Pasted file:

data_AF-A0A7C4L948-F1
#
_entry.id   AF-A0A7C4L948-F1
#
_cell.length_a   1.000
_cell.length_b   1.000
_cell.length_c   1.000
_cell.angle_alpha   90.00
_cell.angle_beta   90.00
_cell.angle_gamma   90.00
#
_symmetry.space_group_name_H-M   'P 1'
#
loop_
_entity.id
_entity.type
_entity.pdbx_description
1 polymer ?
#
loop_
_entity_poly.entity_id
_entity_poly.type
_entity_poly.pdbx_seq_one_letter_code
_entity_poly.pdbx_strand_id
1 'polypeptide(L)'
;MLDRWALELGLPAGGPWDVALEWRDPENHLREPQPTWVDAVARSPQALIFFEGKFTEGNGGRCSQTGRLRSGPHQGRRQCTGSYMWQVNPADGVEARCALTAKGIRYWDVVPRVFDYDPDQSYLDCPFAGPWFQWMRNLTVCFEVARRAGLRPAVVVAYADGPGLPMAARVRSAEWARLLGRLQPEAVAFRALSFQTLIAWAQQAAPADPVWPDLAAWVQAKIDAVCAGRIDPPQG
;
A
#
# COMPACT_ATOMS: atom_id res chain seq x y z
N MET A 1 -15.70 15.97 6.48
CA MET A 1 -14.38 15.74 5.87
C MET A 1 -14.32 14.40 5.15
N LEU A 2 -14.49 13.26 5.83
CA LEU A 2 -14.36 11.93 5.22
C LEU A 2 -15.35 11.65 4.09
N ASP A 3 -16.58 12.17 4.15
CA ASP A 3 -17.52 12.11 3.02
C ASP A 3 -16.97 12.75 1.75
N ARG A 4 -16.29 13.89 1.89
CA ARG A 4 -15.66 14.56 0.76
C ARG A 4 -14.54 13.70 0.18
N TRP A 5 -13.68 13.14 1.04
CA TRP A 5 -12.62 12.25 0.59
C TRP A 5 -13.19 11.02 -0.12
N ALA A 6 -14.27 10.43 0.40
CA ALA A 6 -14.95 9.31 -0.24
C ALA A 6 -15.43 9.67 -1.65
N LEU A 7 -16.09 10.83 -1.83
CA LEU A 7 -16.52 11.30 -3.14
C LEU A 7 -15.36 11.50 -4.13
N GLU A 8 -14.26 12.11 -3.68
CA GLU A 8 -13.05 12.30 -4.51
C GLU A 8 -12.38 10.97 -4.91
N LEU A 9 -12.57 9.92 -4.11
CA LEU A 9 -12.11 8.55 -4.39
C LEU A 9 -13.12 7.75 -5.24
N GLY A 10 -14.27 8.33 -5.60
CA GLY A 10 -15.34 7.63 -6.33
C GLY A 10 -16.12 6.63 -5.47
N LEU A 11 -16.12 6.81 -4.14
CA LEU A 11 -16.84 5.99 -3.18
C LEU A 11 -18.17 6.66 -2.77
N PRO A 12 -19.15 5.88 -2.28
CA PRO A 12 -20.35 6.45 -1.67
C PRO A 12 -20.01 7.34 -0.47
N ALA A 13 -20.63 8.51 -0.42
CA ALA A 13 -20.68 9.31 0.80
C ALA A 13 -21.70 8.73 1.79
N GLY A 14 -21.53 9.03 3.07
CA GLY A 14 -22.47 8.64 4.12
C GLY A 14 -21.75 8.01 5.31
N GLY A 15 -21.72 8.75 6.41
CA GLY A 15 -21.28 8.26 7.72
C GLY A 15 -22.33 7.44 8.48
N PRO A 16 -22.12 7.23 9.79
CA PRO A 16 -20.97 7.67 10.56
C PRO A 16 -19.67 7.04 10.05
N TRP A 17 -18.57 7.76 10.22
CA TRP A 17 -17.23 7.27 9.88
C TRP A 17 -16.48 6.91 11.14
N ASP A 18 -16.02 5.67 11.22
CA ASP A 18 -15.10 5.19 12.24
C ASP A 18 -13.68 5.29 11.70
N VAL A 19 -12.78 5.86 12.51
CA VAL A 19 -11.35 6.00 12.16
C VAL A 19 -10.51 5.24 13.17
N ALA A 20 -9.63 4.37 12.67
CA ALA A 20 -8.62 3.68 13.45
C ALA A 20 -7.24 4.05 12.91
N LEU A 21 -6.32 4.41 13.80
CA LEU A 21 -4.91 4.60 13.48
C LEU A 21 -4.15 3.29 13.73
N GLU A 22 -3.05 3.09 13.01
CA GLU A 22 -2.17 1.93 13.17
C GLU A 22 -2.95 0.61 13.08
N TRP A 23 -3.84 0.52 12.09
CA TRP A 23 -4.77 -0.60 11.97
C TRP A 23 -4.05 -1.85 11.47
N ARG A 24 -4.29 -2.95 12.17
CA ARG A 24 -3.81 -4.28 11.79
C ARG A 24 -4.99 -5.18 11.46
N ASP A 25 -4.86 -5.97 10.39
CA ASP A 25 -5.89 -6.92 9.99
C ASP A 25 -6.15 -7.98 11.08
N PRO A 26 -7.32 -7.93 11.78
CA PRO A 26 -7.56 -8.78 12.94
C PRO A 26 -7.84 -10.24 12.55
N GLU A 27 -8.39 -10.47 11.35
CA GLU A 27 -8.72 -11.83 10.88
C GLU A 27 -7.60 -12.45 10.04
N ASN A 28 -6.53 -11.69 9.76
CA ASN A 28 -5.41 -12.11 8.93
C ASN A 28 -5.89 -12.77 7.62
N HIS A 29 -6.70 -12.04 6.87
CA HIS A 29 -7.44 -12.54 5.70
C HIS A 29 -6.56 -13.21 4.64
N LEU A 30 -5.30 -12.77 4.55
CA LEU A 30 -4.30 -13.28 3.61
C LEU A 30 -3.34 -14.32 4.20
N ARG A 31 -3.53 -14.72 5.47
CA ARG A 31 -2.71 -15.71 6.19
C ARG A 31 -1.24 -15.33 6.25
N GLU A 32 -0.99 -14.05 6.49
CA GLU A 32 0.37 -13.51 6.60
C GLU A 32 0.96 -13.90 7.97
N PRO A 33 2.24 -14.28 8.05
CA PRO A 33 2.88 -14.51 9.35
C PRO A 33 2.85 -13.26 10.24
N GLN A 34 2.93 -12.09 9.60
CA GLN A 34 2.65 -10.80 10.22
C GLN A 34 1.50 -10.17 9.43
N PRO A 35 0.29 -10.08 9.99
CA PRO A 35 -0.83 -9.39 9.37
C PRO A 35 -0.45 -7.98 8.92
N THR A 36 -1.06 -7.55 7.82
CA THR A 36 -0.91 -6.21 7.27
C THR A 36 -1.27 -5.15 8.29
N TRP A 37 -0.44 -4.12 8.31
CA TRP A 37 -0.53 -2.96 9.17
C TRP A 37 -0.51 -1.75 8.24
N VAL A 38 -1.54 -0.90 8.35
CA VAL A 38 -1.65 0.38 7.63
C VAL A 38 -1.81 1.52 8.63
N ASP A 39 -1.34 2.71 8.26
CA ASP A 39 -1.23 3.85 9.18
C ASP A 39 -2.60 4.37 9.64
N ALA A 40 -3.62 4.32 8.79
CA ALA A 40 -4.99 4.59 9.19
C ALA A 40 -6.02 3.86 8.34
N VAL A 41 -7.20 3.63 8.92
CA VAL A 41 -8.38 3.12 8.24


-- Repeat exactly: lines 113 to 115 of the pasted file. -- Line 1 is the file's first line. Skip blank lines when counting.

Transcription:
CA ASN A 28 -5.41 -12.11 8.93
C ASN A 28 -5.89 -12.77 7.62
N HIS A 29 -6.70 -12.04 6.87